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J. Turbomach. 2017;140(2):021001-021001-9. doi:10.1115/1.4038177.

Experimentally evaluating gas turbine cooling schemes is generally prohibitive at engine conditions. Thus, researchers conduct film cooling experiments near room temperature and attempt to scale the results to engine conditions. An increasingly popular method of evaluating adiabatic effectiveness employs pressure sensitive paint (PSP) and the heat–mass transfer analogy. The suitability of mass transfer methods as a substitute for thermal methods is of interest in the present work. Much scaling work has been dedicated to the influence of the coolant-to-freestream density ratio (DR), but other fluid properties also differ between experimental and engine conditions. Most notably in the context of an examination of the ability of PSP to serve as a proxy for thermal methods are the properties that directly influence thermal transport. That is, even with an adiabatic wall, there is still heat transfer between the freestream flow and the coolant plume, and the mass transfer analogy would not be expected to account for the specific heat or thermal conductivity distributions within the flow. Using various coolant gases (air, carbon dioxide, nitrogen, and argon) and comparing with thermal experiments, the efficacy of the PSP method as a direct substitute for thermal measurements was evaluated on a cylindrical leading edge model with compound coolant injection. The results thus allow examination of how the two methods respond to different property variations. Overall, the PSP technique was found to overpredict the adiabatic effectiveness when compared to the results obtained from infrared (IR) thermography, but still reveals valuable information regarding the coolant flow.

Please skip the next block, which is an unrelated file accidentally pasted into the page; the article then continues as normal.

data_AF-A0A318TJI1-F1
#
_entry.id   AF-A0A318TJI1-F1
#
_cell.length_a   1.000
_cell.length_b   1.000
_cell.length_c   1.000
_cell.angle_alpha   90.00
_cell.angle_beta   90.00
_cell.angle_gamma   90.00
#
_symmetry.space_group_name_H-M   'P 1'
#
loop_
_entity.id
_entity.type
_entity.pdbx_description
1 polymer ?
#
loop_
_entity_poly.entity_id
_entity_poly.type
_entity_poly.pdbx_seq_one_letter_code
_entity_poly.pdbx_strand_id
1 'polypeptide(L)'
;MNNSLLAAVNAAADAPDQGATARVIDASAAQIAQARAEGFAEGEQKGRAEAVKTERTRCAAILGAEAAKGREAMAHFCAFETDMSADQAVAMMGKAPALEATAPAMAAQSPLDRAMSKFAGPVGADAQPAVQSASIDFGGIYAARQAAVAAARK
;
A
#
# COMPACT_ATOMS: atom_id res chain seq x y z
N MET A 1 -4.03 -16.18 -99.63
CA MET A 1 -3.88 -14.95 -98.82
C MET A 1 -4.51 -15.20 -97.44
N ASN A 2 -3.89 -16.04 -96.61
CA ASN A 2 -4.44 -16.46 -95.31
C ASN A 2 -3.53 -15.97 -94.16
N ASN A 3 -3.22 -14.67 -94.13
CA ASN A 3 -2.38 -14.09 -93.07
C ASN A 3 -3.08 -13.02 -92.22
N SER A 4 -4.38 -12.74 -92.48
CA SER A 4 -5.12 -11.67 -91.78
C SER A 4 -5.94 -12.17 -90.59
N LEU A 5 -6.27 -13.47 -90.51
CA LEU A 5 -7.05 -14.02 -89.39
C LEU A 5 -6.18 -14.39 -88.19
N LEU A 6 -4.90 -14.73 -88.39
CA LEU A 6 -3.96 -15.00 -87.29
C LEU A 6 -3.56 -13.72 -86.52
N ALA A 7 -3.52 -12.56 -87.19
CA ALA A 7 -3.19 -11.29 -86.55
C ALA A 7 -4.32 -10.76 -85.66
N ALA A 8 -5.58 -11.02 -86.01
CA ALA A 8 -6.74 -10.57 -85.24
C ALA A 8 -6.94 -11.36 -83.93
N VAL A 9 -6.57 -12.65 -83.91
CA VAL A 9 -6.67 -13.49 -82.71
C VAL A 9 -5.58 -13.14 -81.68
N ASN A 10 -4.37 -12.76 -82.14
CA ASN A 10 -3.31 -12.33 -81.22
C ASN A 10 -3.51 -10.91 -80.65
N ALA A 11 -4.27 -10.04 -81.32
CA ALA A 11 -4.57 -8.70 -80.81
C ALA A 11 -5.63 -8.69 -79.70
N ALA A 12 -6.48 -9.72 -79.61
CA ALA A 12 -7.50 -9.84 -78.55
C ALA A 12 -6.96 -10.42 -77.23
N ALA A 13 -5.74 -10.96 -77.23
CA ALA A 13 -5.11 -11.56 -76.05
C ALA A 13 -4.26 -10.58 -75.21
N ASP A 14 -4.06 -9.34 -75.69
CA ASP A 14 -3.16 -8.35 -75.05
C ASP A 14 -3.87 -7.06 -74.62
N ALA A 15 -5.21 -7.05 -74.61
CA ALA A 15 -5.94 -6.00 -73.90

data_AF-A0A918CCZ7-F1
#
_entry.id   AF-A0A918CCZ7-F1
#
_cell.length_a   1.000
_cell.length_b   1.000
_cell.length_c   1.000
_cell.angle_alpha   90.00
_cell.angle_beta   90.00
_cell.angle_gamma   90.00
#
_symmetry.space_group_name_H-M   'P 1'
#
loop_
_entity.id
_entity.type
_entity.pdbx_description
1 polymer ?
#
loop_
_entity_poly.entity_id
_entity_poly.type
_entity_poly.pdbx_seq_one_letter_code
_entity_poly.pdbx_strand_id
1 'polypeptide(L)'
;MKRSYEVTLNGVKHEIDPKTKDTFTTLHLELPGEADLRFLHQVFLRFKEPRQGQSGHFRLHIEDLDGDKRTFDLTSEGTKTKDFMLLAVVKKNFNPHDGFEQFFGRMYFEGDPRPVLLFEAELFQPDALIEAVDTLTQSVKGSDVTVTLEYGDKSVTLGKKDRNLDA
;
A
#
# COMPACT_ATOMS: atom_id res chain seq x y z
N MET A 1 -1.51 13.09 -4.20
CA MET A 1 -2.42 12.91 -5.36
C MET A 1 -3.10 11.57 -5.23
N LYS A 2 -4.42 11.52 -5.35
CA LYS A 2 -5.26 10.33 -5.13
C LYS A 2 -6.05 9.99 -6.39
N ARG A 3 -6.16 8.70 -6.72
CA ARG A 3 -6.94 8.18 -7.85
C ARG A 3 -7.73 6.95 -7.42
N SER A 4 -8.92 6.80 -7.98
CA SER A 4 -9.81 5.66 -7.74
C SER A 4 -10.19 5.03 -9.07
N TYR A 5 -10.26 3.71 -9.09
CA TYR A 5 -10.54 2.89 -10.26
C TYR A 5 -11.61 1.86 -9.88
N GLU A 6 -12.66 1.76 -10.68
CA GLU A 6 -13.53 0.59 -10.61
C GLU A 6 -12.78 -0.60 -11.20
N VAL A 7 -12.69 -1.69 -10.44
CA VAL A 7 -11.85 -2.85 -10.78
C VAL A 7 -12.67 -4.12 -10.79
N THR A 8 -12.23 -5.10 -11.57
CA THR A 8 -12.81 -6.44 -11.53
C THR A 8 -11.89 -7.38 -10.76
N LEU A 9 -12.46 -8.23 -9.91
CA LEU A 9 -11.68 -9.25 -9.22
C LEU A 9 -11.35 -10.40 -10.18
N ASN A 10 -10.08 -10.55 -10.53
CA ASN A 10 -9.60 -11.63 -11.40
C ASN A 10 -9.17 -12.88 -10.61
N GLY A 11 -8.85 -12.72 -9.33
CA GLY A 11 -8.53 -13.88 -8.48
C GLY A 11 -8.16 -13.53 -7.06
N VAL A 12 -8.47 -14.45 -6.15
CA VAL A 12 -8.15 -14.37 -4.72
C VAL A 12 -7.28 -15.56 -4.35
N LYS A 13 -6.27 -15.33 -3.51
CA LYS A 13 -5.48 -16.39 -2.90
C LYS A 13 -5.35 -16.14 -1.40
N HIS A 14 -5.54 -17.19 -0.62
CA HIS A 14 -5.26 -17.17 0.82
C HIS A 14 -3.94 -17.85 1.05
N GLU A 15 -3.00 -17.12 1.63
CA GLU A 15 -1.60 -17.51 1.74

Commentary by Dr. Valentin Fuster
J. Turbomach. 2017;140(2):021002-021002-11. doi:10.1115/1.4038180.

The increased design space offered by additive manufacturing (AM) can inspire unique ideas and different modeling approaches. One tool for generating complex yet effective designs is found in numerical optimization schemes, but until relatively recently, the capability to physically produce such a design had been limited by manufacturing constraints. In this study, a commercial adjoint optimization solver was used in conjunction with a conventional flow solver to optimize the design of wavy microchannels, the end use of which can be found in gas turbine airfoil skin cooling schemes. Three objective functions were chosen for two baseline wavy channel designs: minimize the pressure drop between channel inlet and outlet, maximize the heat transfer on the channel walls, and maximize the ratio between heat transfer and pressure drop. The optimizer was successful in achieving each objective and generated significant geometric variations from the baseline study. The optimized channels were additively manufactured using direct metal laser sintering (DMLS) and printed reasonably true to the design intent. Experimental results showed that the high surface roughness in the channels prevented the objective to minimize pressure loss from being fulfilled. However, where heat transfer was to be maximized, the optimized channels showed a corresponding increase in Nusselt number.